Published: Jul 07, 2012 06:00 PM
Modified: Jul 09, 2012 10:33 AM
Our losing season, Part 3
No wins, 10 losses ... and counting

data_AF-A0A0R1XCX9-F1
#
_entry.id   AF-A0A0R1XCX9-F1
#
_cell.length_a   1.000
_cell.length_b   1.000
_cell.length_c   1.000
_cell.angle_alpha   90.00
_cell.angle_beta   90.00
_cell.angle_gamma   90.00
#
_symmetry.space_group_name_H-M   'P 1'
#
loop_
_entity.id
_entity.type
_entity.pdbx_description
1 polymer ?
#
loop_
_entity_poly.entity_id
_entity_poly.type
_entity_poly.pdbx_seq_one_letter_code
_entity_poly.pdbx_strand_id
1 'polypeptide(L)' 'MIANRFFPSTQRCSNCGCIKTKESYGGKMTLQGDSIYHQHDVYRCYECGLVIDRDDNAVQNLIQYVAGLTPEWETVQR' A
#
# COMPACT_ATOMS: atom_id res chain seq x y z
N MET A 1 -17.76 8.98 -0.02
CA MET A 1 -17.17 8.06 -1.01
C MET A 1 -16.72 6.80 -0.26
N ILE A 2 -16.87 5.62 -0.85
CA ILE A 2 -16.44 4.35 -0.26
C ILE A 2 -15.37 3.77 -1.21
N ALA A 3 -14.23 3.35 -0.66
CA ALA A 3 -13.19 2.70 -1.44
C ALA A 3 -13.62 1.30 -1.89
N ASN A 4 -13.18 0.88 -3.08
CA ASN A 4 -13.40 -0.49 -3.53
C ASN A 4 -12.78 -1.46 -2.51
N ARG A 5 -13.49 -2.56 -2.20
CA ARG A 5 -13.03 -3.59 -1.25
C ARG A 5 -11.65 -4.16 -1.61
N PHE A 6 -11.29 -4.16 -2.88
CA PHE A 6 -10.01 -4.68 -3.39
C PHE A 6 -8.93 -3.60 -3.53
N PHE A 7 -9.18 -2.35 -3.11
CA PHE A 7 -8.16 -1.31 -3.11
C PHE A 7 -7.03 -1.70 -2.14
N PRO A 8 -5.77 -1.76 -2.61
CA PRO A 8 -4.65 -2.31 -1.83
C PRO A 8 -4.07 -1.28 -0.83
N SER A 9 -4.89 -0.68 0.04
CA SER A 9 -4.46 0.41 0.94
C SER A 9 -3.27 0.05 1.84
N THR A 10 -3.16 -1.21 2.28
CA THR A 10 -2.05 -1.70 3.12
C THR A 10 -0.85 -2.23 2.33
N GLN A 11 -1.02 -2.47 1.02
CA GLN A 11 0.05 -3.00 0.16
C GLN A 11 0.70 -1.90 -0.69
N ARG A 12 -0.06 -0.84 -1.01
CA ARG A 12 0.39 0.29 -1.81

Editor’s Note: J.D. Hermann’s first foray into adult softball, with a team called “George’s Pitches and the Pancake Batters” has not turned out the way he imagined when he and his friends decided to get into recreational sports.Our losing season, part 3no wins, 10 losses and many bloody knees.At some point George Pitches and Pancake Batters found ourselves with no wins, 10 losses, another sidelined infielder and many bloody knees. (We also had many bloody bedsheets and therefore many bulky, bloody loads of laundry).Those optimists I mentioned earlier — whose faith correlated with their lack of softball experience — still thought we could win a game. I was certain we would not.My fiancee often asked me whether we would win, and I invariably said "no."Do not misunderstand. I played with a great attitude and cheered my teammates. I enjoyed every inning until we played a Sunday-night game against the second-worst team in the league and lost by 20 runs in three innings that lasted for 25 minutes.The game was a makeup on an irregular night, so most of our best players were absent. Our defense was really something to see; I think we committed eight or nine errors in three plays.The game ended when the home-plate umpire spoke a few inaudible words with the scorekeeper and walked back to the field."Who is the coach?" he asked only loud enough for the infield to hear.I raised my hand.He dropped his head so that the brim of his cap covered his eyes. He gave me the grimmest come-hither gesture I have seen in 28 years. I jogged toward him with the awful feeling of knowing exactly what would be said and that it did not need to be said.It was insulting. I was suddenly the face of something I did not want to represent on my own."It looks like we've reached the third-inning run rule here," he said with eyes still directed downward. "I'm very sorry.""OK," I said. I wished I had something better to say.Also known as the "slaughter rule," originally formulated as something to protect the feelings of Little Leaguers and later adopted by many municipalities to hustle malingering teams off crowded fields, the rule puts a halt to games where one team is ahead by seven runs after five, or 15 after four innings, or 20 runs after three.The dugout after that game was tense. Losing by the mercy rule was nothing new, but the 20-in-the-third rule felt quite fresh.Our earnest left-center fielder explained to everyone that we should be embarrassed. I already was, only because of the umpire's odd gesture. But I also knew that our lineup was the weakest it had been all year. Even crazier than the humiliating loss was the belief we could easily beat the team that had just beat us by 20 in three innings."Did they cancel the game?" my fiancee asked when I walked in the door 40 minutes early."No," I said. "We lost in 25 minutes by 20 runs. We will beat them tomorrow."I was not showing resolve. I just knew we would have a better lineup than them in a second game 24 hours later, and we did.We won by 2.They were surprised, but we weren't.Still, we celebrated on Franklin Street and recounted the game inning by inning. We thought it might be the only opportunity.A day later I refreshed the league results page a dozen times. I wanted to see a 1 in that first column. It was important to me.Winning is more fun when you're a loser.We beat the same team a second time a week later to take two of three from them. Then we lost in the first round of the playoffs to the best team in the league.As was the case 10 years before, in a baseball season interrupted by a concussion, I did not want it to end.At least now I can regret 2012 instead of my lost season of 2002.We will be back next year.And maybe, with several strokes of good luck and good health, we will be back in 38 years, which is exactly how long one of the current teams in the league has competed. Their roster has undergone a few makeovers, but their name is still McCauley Street and their two white-haired founding players are still swinging away.Amen.J.D. Hermann is an aspiring writer and high school math teacher who lives in Chapel Hill and played in the local softball league for the first time.
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